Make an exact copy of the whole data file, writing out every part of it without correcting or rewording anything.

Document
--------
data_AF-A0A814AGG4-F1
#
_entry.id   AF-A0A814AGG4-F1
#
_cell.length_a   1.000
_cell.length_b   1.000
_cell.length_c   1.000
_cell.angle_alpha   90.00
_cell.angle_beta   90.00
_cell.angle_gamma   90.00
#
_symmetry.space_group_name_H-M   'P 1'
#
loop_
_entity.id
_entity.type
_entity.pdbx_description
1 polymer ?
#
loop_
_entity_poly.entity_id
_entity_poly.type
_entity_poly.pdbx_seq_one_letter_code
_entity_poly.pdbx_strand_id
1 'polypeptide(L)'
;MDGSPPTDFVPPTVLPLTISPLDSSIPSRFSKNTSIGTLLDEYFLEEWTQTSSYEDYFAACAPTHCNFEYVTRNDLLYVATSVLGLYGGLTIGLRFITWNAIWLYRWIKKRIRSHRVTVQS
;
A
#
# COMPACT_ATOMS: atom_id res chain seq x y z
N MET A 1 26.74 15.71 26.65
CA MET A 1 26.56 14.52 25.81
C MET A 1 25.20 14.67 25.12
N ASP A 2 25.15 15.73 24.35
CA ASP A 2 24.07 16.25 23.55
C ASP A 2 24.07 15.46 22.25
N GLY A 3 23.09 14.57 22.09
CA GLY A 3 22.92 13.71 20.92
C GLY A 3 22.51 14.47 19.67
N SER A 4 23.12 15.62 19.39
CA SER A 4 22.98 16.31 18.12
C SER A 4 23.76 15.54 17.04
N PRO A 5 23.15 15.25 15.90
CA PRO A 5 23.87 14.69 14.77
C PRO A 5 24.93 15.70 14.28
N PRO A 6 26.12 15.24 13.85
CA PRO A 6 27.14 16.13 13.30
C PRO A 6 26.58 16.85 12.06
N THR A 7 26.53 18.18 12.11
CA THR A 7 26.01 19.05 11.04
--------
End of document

data_AF-A0A814AGG4-F1
#
_entry.id   AF-A0A814AGG4-F1
#
_cell.length_a   1.000
_cell.length_b   1.000
_cell.length_c   1.000
_cell.angle_alpha   90.00
_cell.angle_beta   90.00
_cell.angle_gamma   90.00
#
_symmetry.space_group_name_H-M   'P 1'
#
loop_
_entity.id
_entity.type
_entity.pdbx_description
1 polymer ?
#
loop_
_entity_poly.entity_id
_entity_poly.type
_entity_poly.pdbx_seq_one_letter_code
_entity_poly.pdbx_strand_id
1 'polypeptide(L)'
;MDGSPPTDFVPPTVLPLTISPLDSSIPSRFSKNTSIGTLLDEYFLEEWTQTSSYEDYFAACAPTHCNFEYVTRNDLLYVATSVLGLYGGLTIGLRFITWNAIWLYRWIKKRIRSHRVTVQS
;
A
#
# COMPACT_ATOMS: atom_id res chain seq x y z
N MET A 1 26.74 15.71 26.65
CA MET A 1 26.56 14.52 25.81
C MET A 1 25.20 14.67 25.12
N ASP A 2 25.15 15.73 24.35
CA ASP A 2 24.07 16.25 23.55
C ASP A 2 24.07 15.46 22.25
N GLY A 3 23.09 14.57 22.09
CA GLY A 3 22.92 13.71 20.92
C GLY A 3 22.51 14.47 19.67
N SER A 4 23.12 15.62 19.39
CA SER A 4 22.98 16.31 18.12
C SER A 4 23.76 15.54 17.04
N PRO A 5 23.15 15.25 15.90
CA PRO A 5 23.87 14.69 14.77
C PRO A 5 24.93 15.70 14.28
N PRO A 6 26.12 15.24 13.85
CA PRO A 6 27.14 16.13 13.30
C PRO A 6 26.58 16.85 12.06
N THR A 7 26.53 18.18 12.11
CA THR A 7 26.01 19.05 11.04